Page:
Vendors dropped their asking prices in June the most since the bust began, according to the resale asking price index from idealista.com, a property portal. Fiscal changes and a bank bailout spell more trouble for private vendors.
The price expectations of people trying to sell their homes in Spain fell by more than 10pc over the last 12 months, as illustrated by the graph and table below.
This is the first time since the Spanish property boom turned to bust that vendors have dropped their asking prices by double digits, and the trend looks set to continue.
Fiscal changes and European bailout spell more pain for vendors
Private vendors might feel they are already digging deep, but they might end up the biggest losers from the European bailout for Spain’s banks.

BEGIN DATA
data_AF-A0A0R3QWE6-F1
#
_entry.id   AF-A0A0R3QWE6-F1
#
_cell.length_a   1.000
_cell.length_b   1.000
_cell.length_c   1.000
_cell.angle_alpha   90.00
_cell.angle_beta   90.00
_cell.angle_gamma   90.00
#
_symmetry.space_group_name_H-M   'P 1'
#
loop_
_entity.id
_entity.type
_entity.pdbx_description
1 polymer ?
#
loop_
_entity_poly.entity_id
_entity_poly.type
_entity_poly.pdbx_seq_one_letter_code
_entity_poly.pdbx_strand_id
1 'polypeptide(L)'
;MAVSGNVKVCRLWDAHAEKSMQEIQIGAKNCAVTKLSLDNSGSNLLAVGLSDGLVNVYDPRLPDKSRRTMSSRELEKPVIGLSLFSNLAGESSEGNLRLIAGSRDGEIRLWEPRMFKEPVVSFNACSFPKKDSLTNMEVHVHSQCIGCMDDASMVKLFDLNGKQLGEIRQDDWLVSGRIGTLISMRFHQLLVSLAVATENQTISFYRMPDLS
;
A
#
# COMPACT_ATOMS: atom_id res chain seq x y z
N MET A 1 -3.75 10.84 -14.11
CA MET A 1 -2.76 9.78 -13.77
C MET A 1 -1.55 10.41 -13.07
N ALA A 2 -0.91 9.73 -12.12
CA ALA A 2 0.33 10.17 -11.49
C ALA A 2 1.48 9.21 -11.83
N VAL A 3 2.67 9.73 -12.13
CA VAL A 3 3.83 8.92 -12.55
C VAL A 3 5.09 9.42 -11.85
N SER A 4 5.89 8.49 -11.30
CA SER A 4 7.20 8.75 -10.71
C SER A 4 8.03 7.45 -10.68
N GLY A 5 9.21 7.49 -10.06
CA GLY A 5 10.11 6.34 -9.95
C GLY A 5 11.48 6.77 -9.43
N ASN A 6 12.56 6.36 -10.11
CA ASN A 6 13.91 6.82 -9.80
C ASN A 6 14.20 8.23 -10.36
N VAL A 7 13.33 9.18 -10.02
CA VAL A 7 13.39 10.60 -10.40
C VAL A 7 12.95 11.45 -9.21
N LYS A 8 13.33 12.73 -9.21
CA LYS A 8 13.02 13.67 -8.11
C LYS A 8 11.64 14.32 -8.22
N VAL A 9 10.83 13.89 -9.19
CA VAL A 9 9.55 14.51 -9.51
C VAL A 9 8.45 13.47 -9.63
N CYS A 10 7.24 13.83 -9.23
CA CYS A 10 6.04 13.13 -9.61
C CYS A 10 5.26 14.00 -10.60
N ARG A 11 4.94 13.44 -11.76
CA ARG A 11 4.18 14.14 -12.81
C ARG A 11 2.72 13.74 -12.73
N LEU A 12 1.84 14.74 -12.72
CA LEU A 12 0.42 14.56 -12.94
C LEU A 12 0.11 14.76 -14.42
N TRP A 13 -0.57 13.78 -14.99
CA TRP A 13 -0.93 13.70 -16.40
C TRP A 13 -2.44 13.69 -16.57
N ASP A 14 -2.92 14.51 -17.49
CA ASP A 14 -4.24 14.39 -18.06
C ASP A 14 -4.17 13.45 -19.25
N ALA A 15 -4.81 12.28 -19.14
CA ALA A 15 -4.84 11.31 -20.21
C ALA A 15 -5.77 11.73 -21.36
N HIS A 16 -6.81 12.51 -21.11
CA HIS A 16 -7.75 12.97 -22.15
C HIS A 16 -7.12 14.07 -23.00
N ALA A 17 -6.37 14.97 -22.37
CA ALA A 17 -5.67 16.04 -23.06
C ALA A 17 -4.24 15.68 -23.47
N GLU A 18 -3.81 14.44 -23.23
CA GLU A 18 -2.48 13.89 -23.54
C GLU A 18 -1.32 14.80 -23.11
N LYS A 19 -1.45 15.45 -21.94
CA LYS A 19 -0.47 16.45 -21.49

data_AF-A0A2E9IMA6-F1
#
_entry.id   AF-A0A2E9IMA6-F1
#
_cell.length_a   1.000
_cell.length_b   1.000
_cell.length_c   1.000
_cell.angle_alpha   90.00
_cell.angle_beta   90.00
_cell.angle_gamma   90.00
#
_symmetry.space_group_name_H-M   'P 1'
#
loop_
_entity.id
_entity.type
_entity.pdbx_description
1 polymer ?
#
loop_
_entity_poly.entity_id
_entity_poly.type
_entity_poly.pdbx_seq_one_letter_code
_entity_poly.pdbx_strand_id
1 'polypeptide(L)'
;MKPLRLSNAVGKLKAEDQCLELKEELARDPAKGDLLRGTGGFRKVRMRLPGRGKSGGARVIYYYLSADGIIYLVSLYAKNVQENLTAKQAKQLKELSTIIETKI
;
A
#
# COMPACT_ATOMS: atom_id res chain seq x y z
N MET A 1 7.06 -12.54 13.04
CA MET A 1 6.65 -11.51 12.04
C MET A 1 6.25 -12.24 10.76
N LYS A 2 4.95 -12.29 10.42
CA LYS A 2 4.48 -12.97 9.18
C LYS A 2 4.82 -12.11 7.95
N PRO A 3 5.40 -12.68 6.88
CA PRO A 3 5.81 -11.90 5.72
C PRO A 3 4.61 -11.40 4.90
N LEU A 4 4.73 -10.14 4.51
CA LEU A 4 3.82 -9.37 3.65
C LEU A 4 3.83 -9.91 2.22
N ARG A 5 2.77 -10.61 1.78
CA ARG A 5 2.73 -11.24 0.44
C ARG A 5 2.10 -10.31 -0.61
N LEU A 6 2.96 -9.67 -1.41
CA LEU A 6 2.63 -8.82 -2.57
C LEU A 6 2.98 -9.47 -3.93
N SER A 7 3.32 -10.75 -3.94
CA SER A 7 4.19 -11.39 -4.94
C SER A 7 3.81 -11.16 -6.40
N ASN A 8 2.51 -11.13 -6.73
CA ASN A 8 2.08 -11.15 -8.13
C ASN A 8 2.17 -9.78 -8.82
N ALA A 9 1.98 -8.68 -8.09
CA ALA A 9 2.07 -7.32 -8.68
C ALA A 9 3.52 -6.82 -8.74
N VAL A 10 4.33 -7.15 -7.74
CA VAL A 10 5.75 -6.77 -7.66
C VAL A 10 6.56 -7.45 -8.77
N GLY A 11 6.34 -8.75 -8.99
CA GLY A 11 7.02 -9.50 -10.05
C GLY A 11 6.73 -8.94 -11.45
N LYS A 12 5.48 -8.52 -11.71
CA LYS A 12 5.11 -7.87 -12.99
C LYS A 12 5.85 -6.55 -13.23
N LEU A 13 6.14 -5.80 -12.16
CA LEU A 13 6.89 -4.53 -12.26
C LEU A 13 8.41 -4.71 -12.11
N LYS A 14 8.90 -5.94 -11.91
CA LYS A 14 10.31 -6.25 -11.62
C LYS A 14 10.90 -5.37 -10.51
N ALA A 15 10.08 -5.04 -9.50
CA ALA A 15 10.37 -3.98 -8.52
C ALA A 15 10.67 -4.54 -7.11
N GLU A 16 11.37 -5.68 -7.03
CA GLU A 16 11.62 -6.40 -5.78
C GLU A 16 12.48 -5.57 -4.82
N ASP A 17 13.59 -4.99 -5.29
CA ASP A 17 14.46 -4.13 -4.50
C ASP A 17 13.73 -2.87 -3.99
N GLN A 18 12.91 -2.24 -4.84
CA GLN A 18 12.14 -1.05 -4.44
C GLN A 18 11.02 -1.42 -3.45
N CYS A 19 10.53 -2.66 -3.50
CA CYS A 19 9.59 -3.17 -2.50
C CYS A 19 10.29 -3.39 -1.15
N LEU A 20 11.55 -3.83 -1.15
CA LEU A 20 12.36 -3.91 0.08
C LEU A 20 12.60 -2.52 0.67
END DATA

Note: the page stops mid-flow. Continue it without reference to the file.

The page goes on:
The bailout means that banks can afford to drop their prices (and will also be forced to) whilst offering better mortgage conditions to people who buy one of their repossessed properties.
As banks control the property market, private vendors in Spain will have no choice but to follow suit, and swallow the resulting losses.
Spanish bank losses, on the other hand, will be paid for by German taxpayers.
In return for a European bank bailout, Spain is also under pressure to eliminate tax breaks for home buyers. If the changes being discussed do go through (for example, eliminating mortgage tax relief) buyers will have less money to spend on housing, forcing vendors to drop their prices even further.